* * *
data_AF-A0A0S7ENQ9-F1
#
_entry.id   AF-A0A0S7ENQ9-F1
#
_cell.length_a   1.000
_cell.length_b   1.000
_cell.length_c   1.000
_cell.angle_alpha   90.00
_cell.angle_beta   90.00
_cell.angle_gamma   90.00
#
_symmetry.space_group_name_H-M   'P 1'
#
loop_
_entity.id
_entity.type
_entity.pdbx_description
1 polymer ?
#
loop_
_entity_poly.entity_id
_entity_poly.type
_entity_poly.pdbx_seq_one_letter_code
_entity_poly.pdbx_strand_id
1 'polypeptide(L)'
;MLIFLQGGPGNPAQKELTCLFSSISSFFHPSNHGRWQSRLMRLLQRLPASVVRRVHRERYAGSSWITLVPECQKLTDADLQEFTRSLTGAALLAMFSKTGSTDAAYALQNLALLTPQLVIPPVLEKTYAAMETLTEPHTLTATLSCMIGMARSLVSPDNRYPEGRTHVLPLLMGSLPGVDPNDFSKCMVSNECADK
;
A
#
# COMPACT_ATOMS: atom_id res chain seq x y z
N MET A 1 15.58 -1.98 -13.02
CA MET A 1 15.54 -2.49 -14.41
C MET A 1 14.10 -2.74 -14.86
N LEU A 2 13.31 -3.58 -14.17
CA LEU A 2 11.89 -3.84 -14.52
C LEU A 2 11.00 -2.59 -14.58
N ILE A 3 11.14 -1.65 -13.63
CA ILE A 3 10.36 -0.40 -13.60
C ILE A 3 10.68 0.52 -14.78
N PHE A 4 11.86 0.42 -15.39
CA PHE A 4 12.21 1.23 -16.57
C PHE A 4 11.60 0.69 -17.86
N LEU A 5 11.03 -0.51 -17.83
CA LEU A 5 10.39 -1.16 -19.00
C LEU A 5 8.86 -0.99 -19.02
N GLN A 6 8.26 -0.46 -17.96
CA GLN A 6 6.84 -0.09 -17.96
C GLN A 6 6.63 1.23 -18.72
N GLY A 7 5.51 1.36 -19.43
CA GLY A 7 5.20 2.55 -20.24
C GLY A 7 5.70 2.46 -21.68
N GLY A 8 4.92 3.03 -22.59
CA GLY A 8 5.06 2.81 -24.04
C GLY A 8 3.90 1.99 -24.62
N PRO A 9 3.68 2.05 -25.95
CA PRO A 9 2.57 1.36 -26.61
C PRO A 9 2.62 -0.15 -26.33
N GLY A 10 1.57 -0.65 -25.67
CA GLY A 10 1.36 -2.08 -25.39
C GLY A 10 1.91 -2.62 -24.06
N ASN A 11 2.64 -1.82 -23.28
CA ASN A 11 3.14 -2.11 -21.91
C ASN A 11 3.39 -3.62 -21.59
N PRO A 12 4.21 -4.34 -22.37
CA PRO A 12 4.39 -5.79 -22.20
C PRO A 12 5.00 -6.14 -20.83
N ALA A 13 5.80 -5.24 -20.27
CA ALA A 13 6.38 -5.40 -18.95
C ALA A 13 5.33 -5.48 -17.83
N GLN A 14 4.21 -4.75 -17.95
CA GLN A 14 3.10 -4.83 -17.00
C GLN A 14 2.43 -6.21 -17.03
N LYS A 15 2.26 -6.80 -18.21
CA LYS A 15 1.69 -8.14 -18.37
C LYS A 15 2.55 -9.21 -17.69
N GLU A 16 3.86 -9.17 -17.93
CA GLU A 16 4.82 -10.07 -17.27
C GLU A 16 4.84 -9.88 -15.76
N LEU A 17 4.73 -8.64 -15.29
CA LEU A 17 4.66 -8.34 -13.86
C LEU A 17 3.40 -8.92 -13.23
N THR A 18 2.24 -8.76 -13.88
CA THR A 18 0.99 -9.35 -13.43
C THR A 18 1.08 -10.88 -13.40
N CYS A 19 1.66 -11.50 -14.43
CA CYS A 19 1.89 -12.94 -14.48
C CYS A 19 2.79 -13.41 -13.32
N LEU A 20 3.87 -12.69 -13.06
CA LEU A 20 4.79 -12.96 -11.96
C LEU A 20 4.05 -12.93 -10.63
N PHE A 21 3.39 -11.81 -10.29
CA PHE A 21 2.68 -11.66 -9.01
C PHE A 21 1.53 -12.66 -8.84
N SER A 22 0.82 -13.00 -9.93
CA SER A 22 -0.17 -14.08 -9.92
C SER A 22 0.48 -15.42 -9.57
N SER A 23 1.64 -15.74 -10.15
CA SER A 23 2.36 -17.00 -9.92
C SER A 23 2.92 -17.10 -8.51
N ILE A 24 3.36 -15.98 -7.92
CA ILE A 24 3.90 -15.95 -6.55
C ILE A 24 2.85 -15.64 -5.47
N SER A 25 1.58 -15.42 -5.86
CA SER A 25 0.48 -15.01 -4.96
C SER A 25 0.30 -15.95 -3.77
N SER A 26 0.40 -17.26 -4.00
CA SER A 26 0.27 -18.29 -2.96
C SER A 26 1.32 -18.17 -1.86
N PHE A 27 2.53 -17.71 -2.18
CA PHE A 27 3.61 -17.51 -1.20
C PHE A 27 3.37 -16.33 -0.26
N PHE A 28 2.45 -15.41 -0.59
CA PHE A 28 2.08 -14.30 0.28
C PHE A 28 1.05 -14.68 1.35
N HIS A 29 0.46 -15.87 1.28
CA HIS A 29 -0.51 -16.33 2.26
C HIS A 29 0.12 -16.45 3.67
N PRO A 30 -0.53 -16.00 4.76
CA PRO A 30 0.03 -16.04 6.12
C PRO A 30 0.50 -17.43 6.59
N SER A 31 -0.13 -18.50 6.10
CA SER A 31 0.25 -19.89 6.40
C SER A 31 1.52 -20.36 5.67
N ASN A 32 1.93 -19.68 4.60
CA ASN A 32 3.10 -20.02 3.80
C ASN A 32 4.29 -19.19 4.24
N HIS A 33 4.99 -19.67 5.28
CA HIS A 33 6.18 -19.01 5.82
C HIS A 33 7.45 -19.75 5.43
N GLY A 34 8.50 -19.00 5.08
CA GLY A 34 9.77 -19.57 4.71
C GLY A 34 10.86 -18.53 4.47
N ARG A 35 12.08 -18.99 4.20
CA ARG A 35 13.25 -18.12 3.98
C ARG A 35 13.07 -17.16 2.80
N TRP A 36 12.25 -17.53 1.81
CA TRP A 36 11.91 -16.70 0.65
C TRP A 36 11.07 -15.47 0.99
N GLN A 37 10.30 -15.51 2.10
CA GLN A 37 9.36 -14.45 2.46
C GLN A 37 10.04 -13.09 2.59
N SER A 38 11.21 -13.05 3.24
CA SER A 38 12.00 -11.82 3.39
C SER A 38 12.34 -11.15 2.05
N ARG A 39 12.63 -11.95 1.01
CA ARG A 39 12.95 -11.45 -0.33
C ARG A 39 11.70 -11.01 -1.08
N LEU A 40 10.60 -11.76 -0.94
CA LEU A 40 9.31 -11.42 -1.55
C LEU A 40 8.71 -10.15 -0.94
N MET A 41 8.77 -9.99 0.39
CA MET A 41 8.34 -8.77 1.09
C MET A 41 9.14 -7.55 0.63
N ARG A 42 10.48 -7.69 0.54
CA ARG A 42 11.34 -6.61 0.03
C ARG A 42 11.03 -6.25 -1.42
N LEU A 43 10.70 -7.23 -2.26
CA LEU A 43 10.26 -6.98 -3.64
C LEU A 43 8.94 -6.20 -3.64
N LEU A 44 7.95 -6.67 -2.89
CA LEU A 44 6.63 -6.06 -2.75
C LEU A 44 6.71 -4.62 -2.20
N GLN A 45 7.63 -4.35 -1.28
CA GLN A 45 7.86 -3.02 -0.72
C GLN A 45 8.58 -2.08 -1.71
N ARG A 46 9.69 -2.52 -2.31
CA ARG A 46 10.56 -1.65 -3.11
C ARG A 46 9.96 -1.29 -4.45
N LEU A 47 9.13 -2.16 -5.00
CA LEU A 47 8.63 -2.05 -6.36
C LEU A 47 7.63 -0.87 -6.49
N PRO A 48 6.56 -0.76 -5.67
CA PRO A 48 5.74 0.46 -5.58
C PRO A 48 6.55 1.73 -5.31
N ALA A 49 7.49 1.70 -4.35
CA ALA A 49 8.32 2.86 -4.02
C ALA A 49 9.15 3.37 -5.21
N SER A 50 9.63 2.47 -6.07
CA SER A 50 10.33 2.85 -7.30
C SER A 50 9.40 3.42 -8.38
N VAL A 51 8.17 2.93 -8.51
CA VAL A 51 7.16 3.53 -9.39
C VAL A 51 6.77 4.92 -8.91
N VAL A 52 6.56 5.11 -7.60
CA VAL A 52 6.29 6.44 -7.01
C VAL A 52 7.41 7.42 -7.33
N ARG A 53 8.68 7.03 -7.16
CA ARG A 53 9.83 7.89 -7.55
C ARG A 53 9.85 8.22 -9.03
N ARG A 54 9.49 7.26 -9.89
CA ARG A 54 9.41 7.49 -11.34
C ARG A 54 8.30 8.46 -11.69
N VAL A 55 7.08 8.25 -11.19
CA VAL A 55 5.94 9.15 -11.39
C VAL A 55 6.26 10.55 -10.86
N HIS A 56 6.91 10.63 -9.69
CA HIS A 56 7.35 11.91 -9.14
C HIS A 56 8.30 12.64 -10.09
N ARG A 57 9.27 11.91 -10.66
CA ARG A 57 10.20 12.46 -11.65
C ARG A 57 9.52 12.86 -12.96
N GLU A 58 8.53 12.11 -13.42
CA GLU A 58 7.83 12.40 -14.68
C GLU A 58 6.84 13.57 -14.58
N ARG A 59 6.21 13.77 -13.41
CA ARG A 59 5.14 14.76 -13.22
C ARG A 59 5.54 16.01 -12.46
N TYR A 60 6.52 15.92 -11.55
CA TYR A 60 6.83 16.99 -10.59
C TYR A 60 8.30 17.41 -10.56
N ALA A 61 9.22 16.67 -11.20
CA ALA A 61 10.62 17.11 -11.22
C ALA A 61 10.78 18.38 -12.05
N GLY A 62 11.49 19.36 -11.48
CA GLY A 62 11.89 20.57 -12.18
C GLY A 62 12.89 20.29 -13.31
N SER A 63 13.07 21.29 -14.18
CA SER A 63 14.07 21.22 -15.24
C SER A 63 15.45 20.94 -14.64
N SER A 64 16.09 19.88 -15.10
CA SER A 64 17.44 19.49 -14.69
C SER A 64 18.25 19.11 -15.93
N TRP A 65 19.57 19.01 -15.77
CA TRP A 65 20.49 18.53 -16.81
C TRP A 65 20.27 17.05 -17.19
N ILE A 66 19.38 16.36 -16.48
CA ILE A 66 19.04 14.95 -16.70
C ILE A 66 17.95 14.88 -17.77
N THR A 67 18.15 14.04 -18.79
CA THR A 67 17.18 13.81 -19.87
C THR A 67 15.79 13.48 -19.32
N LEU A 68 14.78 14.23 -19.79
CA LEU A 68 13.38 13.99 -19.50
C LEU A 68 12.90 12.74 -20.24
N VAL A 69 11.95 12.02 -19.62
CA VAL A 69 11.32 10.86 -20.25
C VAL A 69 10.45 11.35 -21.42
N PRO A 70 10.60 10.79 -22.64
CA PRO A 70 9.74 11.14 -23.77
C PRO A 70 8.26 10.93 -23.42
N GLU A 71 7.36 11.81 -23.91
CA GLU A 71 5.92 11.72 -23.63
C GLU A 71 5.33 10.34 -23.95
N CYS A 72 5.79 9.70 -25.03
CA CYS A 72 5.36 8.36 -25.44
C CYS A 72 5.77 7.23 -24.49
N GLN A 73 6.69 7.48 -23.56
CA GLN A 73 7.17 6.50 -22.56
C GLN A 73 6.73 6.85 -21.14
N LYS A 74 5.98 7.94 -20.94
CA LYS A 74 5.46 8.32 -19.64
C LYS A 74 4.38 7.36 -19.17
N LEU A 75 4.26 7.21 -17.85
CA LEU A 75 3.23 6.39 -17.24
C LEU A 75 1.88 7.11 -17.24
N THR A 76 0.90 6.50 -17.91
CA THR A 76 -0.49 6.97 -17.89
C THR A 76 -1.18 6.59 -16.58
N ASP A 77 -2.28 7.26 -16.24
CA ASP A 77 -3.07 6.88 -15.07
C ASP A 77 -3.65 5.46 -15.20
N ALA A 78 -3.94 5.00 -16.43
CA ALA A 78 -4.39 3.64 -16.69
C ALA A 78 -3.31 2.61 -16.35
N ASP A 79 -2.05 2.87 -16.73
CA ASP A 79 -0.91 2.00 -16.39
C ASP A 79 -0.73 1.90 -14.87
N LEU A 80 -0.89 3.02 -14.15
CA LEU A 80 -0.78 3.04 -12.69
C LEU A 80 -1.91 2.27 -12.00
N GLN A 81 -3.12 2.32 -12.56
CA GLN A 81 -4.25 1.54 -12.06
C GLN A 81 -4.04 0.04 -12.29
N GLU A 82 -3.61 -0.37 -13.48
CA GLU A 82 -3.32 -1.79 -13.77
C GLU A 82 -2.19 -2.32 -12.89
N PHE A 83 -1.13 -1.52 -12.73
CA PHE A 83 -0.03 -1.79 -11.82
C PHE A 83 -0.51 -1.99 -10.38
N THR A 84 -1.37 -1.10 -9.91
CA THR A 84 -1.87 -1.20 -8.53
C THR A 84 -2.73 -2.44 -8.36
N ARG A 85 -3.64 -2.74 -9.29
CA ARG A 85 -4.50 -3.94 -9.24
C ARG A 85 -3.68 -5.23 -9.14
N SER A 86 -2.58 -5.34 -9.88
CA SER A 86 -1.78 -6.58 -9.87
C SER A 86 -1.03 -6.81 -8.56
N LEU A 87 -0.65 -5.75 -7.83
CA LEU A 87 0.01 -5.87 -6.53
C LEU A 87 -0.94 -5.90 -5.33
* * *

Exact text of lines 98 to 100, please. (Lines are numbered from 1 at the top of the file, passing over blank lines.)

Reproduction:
CA SER A 23 2.36 -17.00 -9.92
C SER A 23 2.92 -17.10 -8.51
N ILE A 24 3.36 -15.98 -7.92